Florist vs Farmer-Florist vs Flower Farm

Florist vs Farmer-Florist vs Flower Farm

Why shop at your local Farmer-Florist
October 27th, 2021
 
Since starting our specialty cut flower farm in our small town – we realized how much of a “niche” type of production farm it is for Hoosick Falls, NY.
You may be wondering, “What is the difference between a flower farm and florist, and what is a farmer-florist?”
Let’s start off describing your typical florist, which can often be found in most towns or cities. A commercial florist provides services and products utilizing floral design practices. The products and flowers are wholesaled from various distributors.
Flowers can be sourced locally from a flower farm or purchased through a wholesale distributor.
Carnations, roses and alstroemeria are the most popular imported flowers you’ve probably noticed, as you see them at every trip to the grocer or buying a corsage at the local florist. Approximately, a whopping 82-90% of flowers are imported. With all due respect, keeping up with the world’s demand for flowers involves an intricate process. Can you think back to an annual homecoming or any of the 2.5 million weddings that happen each year that weren’t dressed in floral design? Behind the beautiful bouquets and centerpieces can be a significant environmental and human cost build up. The global flower trade is rapid and episodic, which amplifies the industries environmental footprint. The ideal transportation includes getting a pre-blooming flower from field to vase within 48 hours. Due to international production and airport processes, flowers can lose up to 15% of their value. On top of pollutants and water use by industrial-scale greenhouses, flowers can generate serious carbon emissions because of refrigeration and long-haul transport. Stems may be transported up to 6,000 miles in refrigerated airplane compartments. In 2018 alone, Valentine’s Day flowers grown in Colombia and flown to US airports produced about 260,000 metric tons of C02, according to estimates by the International Council on Clean Transportation. As put into perspective, that’s roughly equivalent to 78,000 cars driven for one year.
As mentioned previously, flower farmers produce flowers for professional designers and florists for wholesale or another market for exchange of profit. Many assume flower farms have fields and fields of wildflowers. When in fact, farmers may have spread a packet of wildflowers on the perimeter of a field plot just to simply enjoy, but flower farms grow varieties made for cut flower production. Simply because, cut flowers are cultivars that are bred with traits suitable for production, vase life and bloom size. Whereas wildflowers tend to have short vase life, wilting properties, a non-sturdy stem, and smaller blooms! Flower farms are typically under 5 acres, containing about 15,000-25,000 plants per acre. Monoculture wholesale farms are generally about 10 acres, found outside the US. Within North America, California dominates in flower production due to its favorable Mediterranean climate, allowing year-round production of an enormous variety of flowers. Today Columbia, Ecuador and Netherlands respectively are the worlds predominant commodity producers. In comparison to other agricultural commodities floriculture and cut flowers sits just above the tobacco industry.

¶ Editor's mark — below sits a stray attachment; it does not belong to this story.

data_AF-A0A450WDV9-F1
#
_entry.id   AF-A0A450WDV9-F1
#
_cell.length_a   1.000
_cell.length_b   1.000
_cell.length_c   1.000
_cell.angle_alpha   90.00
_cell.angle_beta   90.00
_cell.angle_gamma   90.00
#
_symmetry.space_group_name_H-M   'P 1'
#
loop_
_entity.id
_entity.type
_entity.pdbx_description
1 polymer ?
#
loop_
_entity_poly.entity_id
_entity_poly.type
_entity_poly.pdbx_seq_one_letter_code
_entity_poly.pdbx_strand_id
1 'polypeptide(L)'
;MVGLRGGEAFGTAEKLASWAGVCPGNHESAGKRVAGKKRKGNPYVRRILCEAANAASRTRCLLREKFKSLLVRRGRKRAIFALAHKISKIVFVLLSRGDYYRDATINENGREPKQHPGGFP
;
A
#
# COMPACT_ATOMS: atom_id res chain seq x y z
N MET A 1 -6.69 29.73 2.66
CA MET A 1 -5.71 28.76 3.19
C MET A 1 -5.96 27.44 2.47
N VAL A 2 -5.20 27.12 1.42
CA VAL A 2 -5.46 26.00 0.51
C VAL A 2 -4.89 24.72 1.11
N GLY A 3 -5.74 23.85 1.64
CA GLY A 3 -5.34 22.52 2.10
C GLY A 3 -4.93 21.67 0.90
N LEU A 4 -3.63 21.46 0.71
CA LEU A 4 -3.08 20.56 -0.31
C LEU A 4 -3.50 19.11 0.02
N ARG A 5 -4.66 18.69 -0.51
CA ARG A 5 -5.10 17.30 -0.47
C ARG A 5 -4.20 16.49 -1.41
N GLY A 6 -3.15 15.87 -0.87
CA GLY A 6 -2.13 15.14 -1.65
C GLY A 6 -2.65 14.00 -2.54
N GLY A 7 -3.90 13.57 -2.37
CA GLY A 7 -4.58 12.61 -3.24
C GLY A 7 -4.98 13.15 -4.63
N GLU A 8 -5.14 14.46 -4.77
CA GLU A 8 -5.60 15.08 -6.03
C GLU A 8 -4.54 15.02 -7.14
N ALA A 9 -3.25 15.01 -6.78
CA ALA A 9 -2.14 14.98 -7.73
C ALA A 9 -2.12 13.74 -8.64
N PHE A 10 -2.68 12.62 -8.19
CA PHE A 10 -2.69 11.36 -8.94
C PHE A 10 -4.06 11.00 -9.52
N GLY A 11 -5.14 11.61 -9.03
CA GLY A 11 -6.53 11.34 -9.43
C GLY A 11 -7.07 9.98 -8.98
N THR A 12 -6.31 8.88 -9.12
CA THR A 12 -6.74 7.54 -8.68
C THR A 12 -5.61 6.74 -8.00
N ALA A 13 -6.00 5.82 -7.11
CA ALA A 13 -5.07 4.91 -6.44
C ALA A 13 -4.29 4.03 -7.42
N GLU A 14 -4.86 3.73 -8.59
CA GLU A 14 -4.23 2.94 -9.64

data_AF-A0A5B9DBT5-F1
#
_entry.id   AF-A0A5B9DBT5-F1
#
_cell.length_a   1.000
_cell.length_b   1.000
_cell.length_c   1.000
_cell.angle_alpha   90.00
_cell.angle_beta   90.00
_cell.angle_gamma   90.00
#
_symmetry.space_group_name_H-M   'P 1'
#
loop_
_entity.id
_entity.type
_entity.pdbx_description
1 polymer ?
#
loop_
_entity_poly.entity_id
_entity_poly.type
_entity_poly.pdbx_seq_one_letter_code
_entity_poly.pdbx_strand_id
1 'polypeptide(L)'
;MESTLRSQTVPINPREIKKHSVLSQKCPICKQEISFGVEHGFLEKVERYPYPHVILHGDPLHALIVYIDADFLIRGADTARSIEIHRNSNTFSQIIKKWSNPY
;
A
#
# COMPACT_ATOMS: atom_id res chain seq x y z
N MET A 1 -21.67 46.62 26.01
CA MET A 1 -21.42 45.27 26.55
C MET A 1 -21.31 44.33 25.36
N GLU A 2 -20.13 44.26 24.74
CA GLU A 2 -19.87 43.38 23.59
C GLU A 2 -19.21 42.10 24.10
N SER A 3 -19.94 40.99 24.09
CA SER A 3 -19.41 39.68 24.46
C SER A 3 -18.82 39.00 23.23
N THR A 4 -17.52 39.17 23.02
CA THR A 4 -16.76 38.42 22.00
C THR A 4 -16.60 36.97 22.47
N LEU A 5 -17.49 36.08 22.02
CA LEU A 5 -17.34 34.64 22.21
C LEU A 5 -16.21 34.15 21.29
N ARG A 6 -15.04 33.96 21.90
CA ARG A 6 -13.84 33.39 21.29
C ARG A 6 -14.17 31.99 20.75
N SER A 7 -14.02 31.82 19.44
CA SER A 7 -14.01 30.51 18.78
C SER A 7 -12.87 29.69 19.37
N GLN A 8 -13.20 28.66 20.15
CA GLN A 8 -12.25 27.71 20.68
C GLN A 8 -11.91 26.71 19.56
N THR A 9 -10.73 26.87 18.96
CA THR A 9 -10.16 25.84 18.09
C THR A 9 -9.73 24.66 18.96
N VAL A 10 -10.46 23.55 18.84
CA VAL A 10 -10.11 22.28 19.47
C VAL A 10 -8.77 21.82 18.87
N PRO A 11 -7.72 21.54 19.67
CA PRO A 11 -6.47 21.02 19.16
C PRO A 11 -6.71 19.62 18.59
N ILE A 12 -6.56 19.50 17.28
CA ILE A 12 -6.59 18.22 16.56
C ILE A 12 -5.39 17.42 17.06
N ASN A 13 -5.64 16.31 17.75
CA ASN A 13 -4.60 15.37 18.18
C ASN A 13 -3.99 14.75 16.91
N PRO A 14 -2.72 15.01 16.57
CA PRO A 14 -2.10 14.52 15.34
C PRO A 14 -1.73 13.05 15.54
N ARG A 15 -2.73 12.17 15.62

Not all flower farms offer design services, as the focus is on most farms is production. A flower farm focuses on flower care and post-harvest science to provide an adequate product for additional use of the life of the plant. Professional designers, florists and DIY consumers complete this process. This design concept can be difficult to differentiate as it’s becoming popular to purchase a hand bunched bouquet of local flowers at a road-side stand. However, the science involved with proper design techniques, is in fact a skill for professional designers and the industry of floristry. When you combine a flower farm with employees that have floristry experience, education and/or skill, you get a farmer-florist. A farmer-florist is a florist that produces their own flowers to be used in floral design services and products. Sourcing flowers from a local grower not only impedes the norm of nation-wide commercial practices, but….
Locally grown flowers promote agriculture within a community, support the town economy, provides local employment, and enhances the sustainability with our local resources. Commodities grown using sustainable techniques promote open green spaces, utilize water conservation, while preserving the soil texture for future generations.
 At Breezy Hill Blooms, LLC we provide field-grown, specialty cut flowers for the surrounding local communities. Ranging from spring anemone and tulips to tender fall dahlias, giving a combined total of 98 different varieties. Alongside bouquets made to order for any occasion, we specialize in events, and DIY bouquet bar. Coinciding with a flower truck, which is soon to be upgrades - The 1st in Rensselaer County!
 
We encourage you, when you have the time, to reach out to local farmers to source your food, milk, and flowers.